The police force in Uzbekistan is set for a reorganization that looks in part designed to balance power away from the security services. Authorities claim the reform will enhance rights protections, but activists are skeptical.
On April 10, President Shavkat Mirziyoyev signed off on a decree that officials say will represent the largest shake-up of the police in the nation’s history.
The reform is intended on paper to tackle a dense web of problems including the burdensome and inefficient structure of the Interior Ministry, the lack of channels for communication with the public and the non-existence of a complaints mechanism.
Several departments are to be created or revamped; one will be tasked with liaising with the underage children and youths, another will be a dedicated criminal investigations department. And then there is a plan to create a department for the protection of human rights.
Maybe the most politically curious aspect of the reform will see the police increase its involvement in anti-terrorism activities. That domain is traditionally the preserve of the National Security Service, or SNB in its Russian initials, the successor agency to the KGB and the seat of much, if not most, of the country’s power.
Mirziyoyev is ostensibly drawing on public support for his shake-up of the Interior Ministry. Ever since a virtual comments and complaints box was set up on the presidential website, a deluge of people have been in touch — many of them to grumble bitterly about the excesses of the police. From September to December alone, around 218,000 messages were lodged with the website.
“People are legitimately asking for the eradication of bureaucratic hurdles in various areas of life, they want to be rid of departmental regulations that contradict the law, unlawful inspections of businesses and they complain about the activities of law enforcement agencies,” Mirziyoyev said on the December 8 holiday to mark Constitution Day.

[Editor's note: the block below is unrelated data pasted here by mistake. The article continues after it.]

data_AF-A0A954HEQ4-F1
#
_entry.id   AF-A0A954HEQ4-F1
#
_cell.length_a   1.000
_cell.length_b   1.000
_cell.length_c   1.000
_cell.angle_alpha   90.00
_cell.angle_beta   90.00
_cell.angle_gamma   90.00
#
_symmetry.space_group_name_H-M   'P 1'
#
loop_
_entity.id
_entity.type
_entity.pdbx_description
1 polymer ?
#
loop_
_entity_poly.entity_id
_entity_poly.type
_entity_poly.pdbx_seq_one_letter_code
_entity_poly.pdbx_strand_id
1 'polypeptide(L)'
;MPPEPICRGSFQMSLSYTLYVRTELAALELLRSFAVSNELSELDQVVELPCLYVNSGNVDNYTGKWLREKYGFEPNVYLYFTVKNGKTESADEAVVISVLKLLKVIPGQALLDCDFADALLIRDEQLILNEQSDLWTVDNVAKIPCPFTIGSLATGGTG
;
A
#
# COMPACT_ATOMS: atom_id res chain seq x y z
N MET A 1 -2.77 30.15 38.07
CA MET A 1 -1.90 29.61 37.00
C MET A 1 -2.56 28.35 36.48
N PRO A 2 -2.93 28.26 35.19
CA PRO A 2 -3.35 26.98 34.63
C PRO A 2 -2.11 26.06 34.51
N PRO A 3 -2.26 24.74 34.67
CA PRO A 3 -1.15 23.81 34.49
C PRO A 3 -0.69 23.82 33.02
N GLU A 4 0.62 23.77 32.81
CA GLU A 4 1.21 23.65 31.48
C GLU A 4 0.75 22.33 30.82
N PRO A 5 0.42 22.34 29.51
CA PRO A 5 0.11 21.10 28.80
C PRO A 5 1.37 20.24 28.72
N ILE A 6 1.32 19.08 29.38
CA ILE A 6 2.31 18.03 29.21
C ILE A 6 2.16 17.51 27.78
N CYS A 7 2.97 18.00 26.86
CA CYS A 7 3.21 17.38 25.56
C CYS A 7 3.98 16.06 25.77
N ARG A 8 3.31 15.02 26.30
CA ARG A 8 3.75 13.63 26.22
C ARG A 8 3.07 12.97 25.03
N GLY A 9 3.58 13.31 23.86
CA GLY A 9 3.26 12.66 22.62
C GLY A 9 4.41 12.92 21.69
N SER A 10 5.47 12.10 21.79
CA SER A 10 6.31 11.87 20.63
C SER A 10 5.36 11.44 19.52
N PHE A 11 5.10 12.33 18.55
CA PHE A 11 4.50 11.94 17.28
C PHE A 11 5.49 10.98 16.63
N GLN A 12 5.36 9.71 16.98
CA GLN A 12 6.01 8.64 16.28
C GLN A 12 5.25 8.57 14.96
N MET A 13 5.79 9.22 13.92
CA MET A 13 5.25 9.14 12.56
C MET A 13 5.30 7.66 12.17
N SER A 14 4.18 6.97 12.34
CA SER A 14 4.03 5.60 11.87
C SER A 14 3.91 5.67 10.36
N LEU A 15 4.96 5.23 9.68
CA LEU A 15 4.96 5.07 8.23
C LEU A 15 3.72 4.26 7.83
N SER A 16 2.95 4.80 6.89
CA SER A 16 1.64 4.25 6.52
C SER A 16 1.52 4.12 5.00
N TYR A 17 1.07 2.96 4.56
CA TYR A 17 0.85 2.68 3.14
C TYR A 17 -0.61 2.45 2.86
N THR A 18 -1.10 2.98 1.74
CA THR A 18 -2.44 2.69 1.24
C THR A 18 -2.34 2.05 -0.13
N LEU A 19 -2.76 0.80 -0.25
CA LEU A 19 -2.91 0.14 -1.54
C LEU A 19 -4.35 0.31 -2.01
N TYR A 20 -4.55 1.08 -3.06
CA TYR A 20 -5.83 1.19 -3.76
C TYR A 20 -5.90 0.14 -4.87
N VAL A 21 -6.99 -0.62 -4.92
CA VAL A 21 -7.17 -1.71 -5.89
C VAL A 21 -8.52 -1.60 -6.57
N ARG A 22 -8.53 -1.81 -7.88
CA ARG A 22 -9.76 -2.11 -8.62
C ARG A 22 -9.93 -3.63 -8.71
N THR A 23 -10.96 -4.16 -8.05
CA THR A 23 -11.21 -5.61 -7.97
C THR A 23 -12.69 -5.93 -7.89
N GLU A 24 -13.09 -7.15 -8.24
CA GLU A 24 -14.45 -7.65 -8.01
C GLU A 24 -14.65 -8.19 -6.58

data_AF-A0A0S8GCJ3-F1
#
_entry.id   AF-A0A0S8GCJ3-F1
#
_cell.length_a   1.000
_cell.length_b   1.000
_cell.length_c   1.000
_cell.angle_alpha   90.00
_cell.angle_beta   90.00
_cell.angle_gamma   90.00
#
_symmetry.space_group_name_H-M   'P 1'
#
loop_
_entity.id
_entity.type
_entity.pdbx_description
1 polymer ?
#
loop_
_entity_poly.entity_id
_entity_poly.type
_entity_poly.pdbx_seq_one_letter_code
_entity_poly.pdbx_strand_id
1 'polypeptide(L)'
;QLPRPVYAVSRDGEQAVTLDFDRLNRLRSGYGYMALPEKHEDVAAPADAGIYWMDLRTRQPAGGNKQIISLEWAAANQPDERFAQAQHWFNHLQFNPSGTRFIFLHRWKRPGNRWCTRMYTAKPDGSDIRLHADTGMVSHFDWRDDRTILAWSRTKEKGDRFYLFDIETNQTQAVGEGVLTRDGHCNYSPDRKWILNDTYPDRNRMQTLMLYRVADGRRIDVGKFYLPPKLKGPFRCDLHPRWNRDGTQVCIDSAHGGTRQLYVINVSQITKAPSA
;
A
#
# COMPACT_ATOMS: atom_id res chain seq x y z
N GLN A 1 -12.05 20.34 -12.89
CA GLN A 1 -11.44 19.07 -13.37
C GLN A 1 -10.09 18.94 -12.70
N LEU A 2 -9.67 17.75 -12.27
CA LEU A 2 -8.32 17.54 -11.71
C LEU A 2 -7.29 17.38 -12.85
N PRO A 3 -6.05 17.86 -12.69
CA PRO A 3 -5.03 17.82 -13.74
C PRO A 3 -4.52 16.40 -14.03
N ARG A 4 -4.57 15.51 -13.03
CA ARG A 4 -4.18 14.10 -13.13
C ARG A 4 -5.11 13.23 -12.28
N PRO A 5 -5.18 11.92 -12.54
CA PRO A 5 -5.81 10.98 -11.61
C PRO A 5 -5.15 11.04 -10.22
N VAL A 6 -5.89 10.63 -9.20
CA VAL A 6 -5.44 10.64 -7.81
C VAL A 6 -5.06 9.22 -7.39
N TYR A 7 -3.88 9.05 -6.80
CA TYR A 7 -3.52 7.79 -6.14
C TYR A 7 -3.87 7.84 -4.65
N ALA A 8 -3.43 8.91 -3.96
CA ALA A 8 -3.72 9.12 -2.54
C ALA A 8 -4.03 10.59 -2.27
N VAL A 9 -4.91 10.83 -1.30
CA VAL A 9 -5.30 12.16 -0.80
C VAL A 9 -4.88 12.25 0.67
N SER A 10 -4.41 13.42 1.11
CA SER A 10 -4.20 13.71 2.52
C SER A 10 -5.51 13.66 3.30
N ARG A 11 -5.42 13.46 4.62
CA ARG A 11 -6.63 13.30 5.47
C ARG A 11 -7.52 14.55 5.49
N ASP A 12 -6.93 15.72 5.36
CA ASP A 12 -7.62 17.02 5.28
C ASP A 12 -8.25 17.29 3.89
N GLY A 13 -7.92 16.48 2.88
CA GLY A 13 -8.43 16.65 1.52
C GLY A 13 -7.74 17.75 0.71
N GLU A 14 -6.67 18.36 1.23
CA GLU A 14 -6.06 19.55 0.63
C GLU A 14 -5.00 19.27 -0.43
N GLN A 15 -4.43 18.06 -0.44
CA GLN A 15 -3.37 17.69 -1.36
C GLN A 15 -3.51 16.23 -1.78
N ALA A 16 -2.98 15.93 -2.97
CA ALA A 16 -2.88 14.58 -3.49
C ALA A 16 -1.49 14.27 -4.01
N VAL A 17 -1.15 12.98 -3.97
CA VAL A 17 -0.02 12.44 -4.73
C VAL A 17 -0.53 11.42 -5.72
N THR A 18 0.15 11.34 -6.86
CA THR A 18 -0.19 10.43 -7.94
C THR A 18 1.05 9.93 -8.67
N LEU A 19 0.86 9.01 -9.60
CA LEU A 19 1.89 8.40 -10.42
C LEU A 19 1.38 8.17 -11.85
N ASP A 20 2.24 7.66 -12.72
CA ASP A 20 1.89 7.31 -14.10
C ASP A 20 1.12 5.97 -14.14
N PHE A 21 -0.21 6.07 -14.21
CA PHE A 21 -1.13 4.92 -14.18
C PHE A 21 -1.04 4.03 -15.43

This is only the latest effort to reinvent Uzbekistan’s police force.
In September 2016, a law was adopted to regulate the operations of the police for the first time in Uzbekistan’s post-independence history.
Before that, police operated under non-statutory guidelines drawn up in 1991. That meant police went about their business without, for example, explicit rules of engagement when deploying live ammunition and treated criminal suspects in a manner at their discretion. Rights activists have exhaustively recorded how the discretion of Uzbek police readily extended to severe and sometimes lethal physical abuse.
In one recently reported but unconfirmed case, dating back to January this year, Murodillo Omonov, a 32-year old businessman in the Surkhandarya region, around 700 kilometers from the capital, Tashkent, was allegedly tortured and later died as a result of beatings sustained while in police custody.
The entrepreneur’s mother, Karomat Kadyrova, received a body showing signs of physical abuse, despite being told her son had died of heart failure. When Kadyrova visited the president’s office, she was turned away and the case has not to date been properly investigated.
Foreign-based Uzbek reporter and rights activist Ulugbek Haidarov, who has had his own grisly experience of police abuse, said he has no confidence in the reforms.
“The police, like all other organs, are not transparent. Simple people cannot get through to them. People are not protected in Uzbekistan. In order for the human rights system to be fully functional, it is necessary that local and international human rights organizations be allowed to operate openly in the country,” he told EurasiaNet.org.
Another human rights activist, Yodgor Obid, told EurasiaNet.org he believes that the Uzbek law enforcement system is tainted to its roots.
“I hope that with this decree they might calm down a little, but they might also become more aggressive. I would add to that that I do not believe in the sincerity of Shavkat Mirziyoyev,” he said.
Seasoned observers of behind-the-scenes intrigues in Uzbekistan see the boosting of the role of the police as little more than a continuation of the intra-elite struggle between Mirziyoyev and SNB chief Rustam Inoyatov.
Recent moves by the police against the black market currency exchange business, for example, is seen as a shot across the bow of the SNB, which is said to control much of the informal economy.
The battle is also said to account for the rehabilitation of Zokir Almatov, the Interior Minister at the time of the bloody crushing of the Andijan uprising in 2005. After spending many years in the wilderness, Almatov has been returned to the fold and is now running an anticorruption body. His main utility to Mirziyoyev, however, is that he may, better than many, know the inner workings of the police and security services.